Origin of Pasta

Brief On Origin of Pasta And Pasta Recipes

Although there are claims that the Chinese were the first to discover pasta, it is not so. True pasta is made ofpasta durum wheat semolina, and this is characteristic for its yellowish tinge. The Chinese were known for their noodles as far back as 2000 BC, and this is authenticated by the discovery of a bowl of very well-preserved noodles made of millet believed to be over 4000 years.

Sicilians adopted and developed the recipe for pasta making from the early Arab recipes making it the nation’s traditional food. It was much later than this date that the Chinese came to know of the wheat known as durum.

The high glutinous content of durum wheat flour is the reason that helps to make the dough pliable to make different shapes for the different varieties of pasta found today.

Furthermore, it is only with durum wheat that you can perfect the traditional Italian al dente consistency. This means it should not be cooked too soft and must be firm to the bite. However pasta is made outside Italy with wheat flour, but rarely turns out El dense and results in a softer texture.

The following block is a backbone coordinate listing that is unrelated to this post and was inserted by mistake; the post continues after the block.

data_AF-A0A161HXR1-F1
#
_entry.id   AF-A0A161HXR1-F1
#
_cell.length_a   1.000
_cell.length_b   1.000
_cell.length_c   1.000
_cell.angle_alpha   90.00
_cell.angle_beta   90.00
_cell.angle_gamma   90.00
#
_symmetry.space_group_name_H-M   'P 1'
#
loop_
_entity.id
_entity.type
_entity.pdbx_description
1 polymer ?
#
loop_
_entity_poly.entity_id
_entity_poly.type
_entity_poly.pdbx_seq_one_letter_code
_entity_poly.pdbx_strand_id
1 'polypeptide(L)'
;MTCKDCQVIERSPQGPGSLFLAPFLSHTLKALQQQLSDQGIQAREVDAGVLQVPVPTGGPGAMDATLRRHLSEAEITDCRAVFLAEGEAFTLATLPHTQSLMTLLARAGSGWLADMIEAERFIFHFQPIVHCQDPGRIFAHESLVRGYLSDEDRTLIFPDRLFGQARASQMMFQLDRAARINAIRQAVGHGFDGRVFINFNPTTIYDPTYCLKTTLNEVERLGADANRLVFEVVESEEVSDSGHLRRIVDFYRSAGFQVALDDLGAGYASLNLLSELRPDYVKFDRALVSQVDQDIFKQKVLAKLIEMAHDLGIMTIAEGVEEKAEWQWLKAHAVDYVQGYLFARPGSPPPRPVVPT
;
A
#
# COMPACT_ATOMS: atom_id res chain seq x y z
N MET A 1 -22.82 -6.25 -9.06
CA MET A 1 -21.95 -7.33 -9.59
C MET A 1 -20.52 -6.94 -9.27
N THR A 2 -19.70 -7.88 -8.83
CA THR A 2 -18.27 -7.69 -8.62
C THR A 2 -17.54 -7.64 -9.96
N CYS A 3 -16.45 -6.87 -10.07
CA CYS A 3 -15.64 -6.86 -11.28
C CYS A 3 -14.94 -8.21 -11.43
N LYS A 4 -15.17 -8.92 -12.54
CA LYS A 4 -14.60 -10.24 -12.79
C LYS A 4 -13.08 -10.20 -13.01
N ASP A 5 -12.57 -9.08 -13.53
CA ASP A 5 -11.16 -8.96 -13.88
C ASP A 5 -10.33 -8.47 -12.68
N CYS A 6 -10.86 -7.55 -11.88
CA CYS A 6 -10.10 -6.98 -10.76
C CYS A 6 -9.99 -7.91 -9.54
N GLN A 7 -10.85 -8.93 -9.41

Rules for pasta making are strictly set by the government in Italy. This has made Italians to be the best makers of pasta, and they have also adopted it as their time-honoured food. Popularised everywhere, the world over, pasta can now be found in many different sizes, shapes, and colors. Many recipes and types of pasta have evolved with the pasta gaining popularity over time.

With popularity spreading all over the world, numerous pasta recipes have taken on the flavors of the respective countries and their cultures.

A warm dish of pasta is a welcome meal on a day with a drop in temperature. There are even cold dishes for hot summer days with many different recipes to choose from that will no doubt titillate the taste buds. Many recipes can be found on going through the website of Recipepasta.Com with a guarantee you won’t come away disappointed. These are sure to meet the standards of hard to please tastes of food connoisseurs.

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